Skip to content

Lion industry wants to get its house in order

The lion-hunting industry made global headlines after the American Walter James Palmer shot Cecil the lion in Zimbabwe, causing great controversy.

At home the documentary Blood Lions had tongues wagging. It showed how lions lived in terrible conditions and were abused. Canned lion hunting also causes great controversy, with more than 1 000 lions being shot in this manner every year.

Experts agree: It is time to set the lion industry straight. That is why the South African Predator Breeding Association (SAPBA) contacted Prof Melville Saayman and his team at TREES (Tourism Research in Economic Environs and Society) at the North-West University’s Potchefstroom Campus to investigate the value of the lion industry in South Africa. This study, which will focus mainly on the main breeding areas of North West and the Free State, will also determine how many lions are part of the industry, as numbers vary between 4 000 and 6 000.

“A ban on hunting in Zimbabwe and the accompanying loss of income for Zimbabweans mean that approximately 2.3 million children are now deprived of the necessary aids. This means that the education sector is suffering, it means that bread is taken from their mouths. It means that 2.3 million children are worse off and their current low quality of life has deteriorated even more as a result of a bad decision by the government,” said Saayman.

“We can already see how poaching is increasing and we see unemployment increasing as well. This is not a healthy situation.”

According to Saayman, the Blood Lions documentary portrayed a rather skewed picture of the industry, but also succeeded in putting the spotlight on offences that need to be wiped out.

“Blood Lions created a bad impression of the industry and one of our challenges will be to rectify the situation. There are undesirable practices that harm the whole industry. However, this can be attributed to only a few people, but still leads to the fact that misperceptions about the industry are created. There are one or two bad apples in the lion cage.”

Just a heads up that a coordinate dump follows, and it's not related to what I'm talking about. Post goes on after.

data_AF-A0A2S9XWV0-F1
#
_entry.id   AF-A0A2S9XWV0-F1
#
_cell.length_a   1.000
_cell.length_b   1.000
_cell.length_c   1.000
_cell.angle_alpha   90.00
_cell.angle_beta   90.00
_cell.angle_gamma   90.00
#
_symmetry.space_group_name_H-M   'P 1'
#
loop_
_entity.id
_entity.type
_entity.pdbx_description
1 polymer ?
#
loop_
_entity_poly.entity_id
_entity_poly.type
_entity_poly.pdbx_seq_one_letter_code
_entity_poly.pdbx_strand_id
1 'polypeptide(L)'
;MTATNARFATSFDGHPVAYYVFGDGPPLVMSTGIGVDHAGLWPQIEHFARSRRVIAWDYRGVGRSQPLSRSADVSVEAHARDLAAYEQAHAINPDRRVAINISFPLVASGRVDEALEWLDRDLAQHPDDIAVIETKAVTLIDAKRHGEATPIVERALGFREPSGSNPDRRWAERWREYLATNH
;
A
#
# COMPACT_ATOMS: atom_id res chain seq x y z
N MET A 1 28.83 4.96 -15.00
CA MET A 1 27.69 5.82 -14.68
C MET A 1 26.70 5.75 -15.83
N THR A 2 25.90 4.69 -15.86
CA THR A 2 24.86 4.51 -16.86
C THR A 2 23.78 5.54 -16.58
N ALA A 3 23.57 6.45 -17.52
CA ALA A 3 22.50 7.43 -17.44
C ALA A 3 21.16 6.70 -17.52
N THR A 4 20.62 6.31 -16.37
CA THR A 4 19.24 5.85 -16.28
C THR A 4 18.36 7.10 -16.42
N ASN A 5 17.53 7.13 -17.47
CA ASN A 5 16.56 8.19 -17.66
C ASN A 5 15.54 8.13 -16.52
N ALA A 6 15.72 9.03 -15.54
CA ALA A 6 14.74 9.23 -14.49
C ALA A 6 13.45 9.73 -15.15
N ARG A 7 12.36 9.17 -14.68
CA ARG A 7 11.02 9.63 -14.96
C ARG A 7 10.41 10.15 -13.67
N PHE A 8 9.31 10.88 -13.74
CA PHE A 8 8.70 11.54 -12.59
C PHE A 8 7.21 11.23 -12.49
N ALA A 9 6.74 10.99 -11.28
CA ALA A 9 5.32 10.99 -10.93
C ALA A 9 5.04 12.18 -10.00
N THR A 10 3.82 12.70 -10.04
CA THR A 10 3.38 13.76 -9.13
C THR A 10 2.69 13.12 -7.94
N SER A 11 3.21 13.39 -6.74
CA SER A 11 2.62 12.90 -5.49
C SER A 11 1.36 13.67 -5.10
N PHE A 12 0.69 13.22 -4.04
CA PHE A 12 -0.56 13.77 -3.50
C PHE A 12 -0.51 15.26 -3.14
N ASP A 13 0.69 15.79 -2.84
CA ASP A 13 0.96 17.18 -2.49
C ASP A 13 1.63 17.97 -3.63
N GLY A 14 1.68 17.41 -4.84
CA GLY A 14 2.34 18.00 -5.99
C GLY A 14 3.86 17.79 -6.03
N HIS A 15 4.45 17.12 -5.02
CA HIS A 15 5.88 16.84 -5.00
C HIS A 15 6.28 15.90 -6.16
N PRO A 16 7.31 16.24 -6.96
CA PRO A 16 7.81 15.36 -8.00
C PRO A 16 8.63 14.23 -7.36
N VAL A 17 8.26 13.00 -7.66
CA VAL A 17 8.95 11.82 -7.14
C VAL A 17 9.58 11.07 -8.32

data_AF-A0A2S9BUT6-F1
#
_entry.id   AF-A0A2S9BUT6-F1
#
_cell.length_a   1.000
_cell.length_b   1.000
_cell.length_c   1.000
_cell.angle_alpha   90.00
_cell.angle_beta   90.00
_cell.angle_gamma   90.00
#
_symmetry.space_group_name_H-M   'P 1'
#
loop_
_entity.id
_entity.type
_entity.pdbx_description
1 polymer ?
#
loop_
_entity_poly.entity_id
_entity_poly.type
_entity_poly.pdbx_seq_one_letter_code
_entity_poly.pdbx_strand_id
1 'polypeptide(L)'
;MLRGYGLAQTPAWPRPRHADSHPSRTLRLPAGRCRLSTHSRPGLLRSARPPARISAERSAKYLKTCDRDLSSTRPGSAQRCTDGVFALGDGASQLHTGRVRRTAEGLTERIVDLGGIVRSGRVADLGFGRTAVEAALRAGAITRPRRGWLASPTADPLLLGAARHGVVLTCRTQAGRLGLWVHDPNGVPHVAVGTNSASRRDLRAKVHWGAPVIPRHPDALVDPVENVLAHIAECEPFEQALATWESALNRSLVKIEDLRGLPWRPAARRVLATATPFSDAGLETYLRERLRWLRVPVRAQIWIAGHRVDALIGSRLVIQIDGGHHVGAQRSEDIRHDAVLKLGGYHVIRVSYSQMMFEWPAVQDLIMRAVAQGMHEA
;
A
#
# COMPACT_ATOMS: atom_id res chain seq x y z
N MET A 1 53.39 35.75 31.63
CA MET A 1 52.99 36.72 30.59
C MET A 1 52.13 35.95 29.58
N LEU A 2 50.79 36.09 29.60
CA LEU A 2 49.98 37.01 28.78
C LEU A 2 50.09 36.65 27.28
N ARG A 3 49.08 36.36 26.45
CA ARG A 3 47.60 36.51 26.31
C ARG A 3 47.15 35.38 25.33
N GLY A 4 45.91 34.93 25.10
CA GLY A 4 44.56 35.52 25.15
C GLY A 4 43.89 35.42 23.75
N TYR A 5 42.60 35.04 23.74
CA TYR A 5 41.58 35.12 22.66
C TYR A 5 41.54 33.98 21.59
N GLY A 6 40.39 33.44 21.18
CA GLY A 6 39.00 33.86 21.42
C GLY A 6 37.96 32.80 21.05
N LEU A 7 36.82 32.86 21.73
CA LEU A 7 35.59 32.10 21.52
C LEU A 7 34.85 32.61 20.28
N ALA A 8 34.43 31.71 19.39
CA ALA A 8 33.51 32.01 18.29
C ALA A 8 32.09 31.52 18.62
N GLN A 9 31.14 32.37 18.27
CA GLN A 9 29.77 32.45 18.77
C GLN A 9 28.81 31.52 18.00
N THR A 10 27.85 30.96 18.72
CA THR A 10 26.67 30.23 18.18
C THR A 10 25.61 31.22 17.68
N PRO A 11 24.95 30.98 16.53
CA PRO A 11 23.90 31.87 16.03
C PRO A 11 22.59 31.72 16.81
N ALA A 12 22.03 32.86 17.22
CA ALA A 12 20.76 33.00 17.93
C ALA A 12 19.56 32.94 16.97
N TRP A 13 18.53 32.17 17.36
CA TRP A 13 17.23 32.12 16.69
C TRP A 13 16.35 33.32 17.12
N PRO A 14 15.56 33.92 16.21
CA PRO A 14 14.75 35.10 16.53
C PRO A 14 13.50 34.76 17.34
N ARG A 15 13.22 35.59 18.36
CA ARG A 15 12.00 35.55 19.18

Saayman further says that South Africa’s lion population is far from showing problems, but more can be done to distribute the lions effectively and also to utilise them better.

“We will also determine what must be done with the surplus of lions, because it has to be determined what the best will be for the market. Some of the lions have to go back to the parks and some must be introduced to new areas to improve the gene pool. We have a healthy number of lions in the country and thanks to our breeding programmes we are not in a dangerous situation, but we will have to see what is going to happen with the surplus lions,” he explained.

“There are various possibilities as far as the surplus lions are concerned. They can serve an educational purpose, they can play a major role in ecotourism, like walking with lions and, as was mentioned before, they can be distributed to improve the gene pool in the country. Of course we can also export lions to countries where there is a shortage of lions. This will mean that those countries will have to guarantee that they will care for the lions. We did that in the past, but then the animals were poached.”

Saayman also praised SAPBA’s commitment to improving the industry, as well as to striving for a better future for lions in the country: “Cecil hurt the industry a lot. Blood Lions hurt the industry. The initiation of this study shows that the industry is serious about erasing the bad patches, and that will be to the benefit of the whole industry.”